Since 1982 I've written a newsletter, Running Commentary. A new issue appears here each week, and material is archived.
Sat, 9 Sep 2006 06:34:01 -0400
Words We Run ByRUNNING COMMENTARY 640
(rerun from August 2000 RW)
Every special interest develops its own jargon, its insider language. Runnerspeak is so much my natural language that I forget everyone doesn't speak it fluently. A new reader of a running magazine complained recently, "I marked 26 words in my first issue that are foreign to me."
I need to realize too that language evolves. Wording that served one running generation don't necessarily carry over to the next.
When I started running, some descriptions already sounded quaint -- if not silly. Runners weren't just runners but "harriers," "thinclads" or "spikesters." I gagged when a headline writer called us "cinderfellas."
Long retired are most of those words, along with others from my growing-up years in the sport. Gone the way of cinder tracks and the broad jump are "warmups" for flat-soled training shoes and "sweats" for long-sleeved, long-legged training suits.
Runnerspeak keeps changing. Here's a dual-purpose lesson -- to show newer runners how we used to talk and to update us oldies on the common usages of today.
Old: I put in 100 miles for a good week. New: I train 100 miles a month.
Old: Our long, slow runs are at seven minutes per mile. New: Our short, fast runs are at seven-minute pace.
Old: My hard runs are at race pace. New: My hard runs push the anaerobic threshold.
Old: I'm running a time trial. New: I've scheduled a tempo run.
Old: The stopwatch tells me how fast to run. New: The heart-rate monitor sets my tempo.
Old: I'm running 10 interval quarters for speedwork. New: Five-K races are my speedwork.
Old: This is an easy day. New: It's my recovery day.
Old: I'm resting today. New: This is a cross-training day.
Old: It's a small race with fewer than 100 runners. New: It's small with just 1000 entrants.
Old: The entry fee is high at $5. New: It's a bargain at $50.
Old: The distance is 10,000 meters. New: It's a 10K.
Old: Was that the five-mile mark we just passed? New: That was mile five.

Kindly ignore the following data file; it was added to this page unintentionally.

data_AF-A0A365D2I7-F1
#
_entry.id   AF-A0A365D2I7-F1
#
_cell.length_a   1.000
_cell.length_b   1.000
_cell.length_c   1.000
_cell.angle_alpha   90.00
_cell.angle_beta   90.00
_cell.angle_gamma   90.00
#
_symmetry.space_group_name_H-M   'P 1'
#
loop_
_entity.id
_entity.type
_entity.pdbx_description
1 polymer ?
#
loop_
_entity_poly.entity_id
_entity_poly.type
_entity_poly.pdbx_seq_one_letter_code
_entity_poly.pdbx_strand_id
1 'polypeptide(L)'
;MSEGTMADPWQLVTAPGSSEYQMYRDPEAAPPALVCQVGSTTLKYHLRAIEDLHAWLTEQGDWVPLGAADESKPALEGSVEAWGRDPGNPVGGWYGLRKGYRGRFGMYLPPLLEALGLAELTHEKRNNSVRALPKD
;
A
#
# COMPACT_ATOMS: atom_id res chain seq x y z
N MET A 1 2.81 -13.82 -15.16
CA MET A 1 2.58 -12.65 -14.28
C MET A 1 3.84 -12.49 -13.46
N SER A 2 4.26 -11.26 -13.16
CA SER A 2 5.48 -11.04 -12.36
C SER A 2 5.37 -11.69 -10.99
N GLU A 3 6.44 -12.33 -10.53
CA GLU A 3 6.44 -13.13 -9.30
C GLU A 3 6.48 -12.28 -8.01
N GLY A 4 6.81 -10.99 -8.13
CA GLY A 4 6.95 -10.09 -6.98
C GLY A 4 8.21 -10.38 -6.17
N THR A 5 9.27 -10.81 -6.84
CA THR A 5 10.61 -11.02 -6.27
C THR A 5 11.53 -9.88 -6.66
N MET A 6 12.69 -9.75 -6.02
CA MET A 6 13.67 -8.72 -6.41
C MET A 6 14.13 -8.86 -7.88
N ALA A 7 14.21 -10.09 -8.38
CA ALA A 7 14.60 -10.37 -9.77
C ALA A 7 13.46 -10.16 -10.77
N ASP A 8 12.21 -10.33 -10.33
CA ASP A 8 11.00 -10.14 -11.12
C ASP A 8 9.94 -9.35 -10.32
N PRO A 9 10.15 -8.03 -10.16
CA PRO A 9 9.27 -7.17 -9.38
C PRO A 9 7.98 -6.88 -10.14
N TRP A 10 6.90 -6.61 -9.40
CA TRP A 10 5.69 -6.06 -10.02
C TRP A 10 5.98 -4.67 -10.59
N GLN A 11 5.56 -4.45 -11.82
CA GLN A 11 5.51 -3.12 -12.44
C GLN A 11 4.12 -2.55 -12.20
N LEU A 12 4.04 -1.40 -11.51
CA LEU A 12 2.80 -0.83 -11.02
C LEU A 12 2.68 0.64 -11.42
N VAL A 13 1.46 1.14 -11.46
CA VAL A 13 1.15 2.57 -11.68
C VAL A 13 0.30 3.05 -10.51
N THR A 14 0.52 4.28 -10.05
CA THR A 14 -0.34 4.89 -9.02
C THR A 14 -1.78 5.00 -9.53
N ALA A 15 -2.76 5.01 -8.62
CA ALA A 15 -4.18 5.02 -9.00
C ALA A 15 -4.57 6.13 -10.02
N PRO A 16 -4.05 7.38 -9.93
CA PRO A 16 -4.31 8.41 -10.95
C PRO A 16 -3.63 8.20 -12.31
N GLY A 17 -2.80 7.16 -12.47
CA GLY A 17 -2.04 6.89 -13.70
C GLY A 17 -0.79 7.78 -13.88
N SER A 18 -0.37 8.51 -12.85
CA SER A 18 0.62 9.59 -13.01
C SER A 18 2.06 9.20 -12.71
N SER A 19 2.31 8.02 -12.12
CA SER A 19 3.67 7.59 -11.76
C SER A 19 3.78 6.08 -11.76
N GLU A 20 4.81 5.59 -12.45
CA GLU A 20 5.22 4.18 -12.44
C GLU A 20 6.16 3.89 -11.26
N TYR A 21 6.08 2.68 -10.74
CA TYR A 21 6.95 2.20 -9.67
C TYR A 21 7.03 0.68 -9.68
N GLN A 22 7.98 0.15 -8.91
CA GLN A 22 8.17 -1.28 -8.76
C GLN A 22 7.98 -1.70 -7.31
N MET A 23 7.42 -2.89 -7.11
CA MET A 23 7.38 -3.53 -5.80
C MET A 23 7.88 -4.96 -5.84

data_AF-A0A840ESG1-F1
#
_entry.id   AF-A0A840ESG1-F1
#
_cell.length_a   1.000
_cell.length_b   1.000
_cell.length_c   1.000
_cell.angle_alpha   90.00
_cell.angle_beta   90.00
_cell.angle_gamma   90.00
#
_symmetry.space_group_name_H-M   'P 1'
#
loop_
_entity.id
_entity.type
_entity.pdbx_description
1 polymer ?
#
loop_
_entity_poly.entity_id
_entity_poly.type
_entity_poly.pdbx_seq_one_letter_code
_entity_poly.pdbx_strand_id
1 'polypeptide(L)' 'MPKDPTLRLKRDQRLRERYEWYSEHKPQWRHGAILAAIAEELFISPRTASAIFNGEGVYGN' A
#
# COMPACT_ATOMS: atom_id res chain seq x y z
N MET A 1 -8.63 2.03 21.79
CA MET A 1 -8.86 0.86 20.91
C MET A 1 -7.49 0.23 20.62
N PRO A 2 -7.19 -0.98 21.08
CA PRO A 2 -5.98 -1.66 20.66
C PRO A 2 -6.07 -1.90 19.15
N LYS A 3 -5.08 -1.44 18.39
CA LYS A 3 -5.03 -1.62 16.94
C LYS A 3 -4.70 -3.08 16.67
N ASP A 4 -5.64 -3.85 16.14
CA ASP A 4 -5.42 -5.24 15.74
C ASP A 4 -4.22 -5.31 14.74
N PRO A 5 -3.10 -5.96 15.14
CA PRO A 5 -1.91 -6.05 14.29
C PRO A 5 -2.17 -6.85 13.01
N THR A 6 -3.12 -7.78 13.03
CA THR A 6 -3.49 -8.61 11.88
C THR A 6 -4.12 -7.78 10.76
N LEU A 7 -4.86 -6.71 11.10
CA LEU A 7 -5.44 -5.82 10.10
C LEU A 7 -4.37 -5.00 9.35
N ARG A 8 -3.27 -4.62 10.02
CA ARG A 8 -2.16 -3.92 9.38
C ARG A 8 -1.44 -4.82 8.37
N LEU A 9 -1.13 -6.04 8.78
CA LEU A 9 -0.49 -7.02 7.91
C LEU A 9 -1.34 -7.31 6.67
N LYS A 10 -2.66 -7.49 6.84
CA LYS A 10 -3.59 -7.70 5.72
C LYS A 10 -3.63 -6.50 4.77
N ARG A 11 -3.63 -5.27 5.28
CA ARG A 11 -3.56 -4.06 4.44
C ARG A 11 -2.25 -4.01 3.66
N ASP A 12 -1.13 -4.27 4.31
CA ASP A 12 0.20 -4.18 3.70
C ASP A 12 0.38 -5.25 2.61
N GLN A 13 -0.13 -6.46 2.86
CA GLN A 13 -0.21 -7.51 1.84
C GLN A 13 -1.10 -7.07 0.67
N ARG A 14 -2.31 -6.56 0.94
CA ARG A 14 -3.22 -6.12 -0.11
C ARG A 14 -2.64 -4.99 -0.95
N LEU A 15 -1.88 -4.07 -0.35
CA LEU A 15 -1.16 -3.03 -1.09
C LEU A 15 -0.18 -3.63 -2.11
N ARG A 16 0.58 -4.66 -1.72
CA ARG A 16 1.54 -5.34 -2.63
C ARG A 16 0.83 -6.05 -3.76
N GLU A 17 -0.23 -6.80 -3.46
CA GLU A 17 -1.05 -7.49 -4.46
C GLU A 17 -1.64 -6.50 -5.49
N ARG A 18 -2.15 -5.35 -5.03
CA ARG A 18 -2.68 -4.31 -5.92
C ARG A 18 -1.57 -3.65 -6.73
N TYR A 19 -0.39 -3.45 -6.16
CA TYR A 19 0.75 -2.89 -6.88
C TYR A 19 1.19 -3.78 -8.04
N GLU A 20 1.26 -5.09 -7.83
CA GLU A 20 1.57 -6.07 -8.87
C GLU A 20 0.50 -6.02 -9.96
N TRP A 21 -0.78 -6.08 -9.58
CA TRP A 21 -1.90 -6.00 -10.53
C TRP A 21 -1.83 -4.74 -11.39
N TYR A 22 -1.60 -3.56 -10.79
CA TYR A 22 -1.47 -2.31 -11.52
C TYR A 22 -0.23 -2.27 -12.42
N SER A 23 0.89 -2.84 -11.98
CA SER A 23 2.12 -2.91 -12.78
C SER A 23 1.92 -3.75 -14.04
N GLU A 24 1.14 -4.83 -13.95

Old: Where do you pin your race number? New: Your bib goes on the front.
Old: Stand at the starting line. New: Stand behind the right pace sign behind the start banner.
Old: I plan to go out fast. New: I'll walk until the traffic clears.
Old: Pick up the pace. New: Throw in a surge.
Old: I finished strong. New: I ran negative splits.
Old: I ran about 40 minutes. New: My time was 40 and change.
Old: The officials gave me 30:01, but my watch read 29:59. New: My watch said 30:01, but the Chip time was 29:59.
Old: My marathon time goal is three hours. New: My goal time is four hours.
Old: Drink plenty of water. New: Hydrate.
Old: He's dropping out. New: She's taking a walk break.
Old: Real runners never do LSD (long slow distance). New: Real runners don't walk.
Old: I'm making a pitstop in the woods. New: I'll wait in line at the portapotty.
Old: It's nice to see a few girls coming to races. New: Look at all those women.
Old: I love to beat the young guys, those under 20. New: I get a kick out of beating all the youngsters under 40.
Old: Who won? New: Which Kenyan won this time?
Old: He hit the wall. New: She bonked.
Old: Don't eat during a run or you'll get cramps. New: Eat energy bars or gels to keep from bonking.
Old: It's my favorite training course. New: It's my regular five-mile loop.
Old: Train in your race T-shirts to show everyone what you've done. New: Cotton is rotten.
Old: Where does someone find a good shoes? New: How do I find the shoe that's best for me from all these choices?
Old: That's the number-one-rated shoe. New: It's a good stability shoe if you need motion control but bad if you require more cushioning.
Old: Are your feet flat? New: Do you pronate?
Old: My knee hurts. New: You might have an IT band injury.
Old: Arthur Lydiard is my training guru. New: I follow Jeff Galloway's advice.
Old: My heroes are the oldtimers like Billy (Mills) and Buddy (Edelen). New: I admire the oldtimers like Billy (Rodgers) and Joanie (Benoit Samuelson).
Old: I read last month's news in this month's magazine. New: Why aren't this morning's results posted on the website by noon today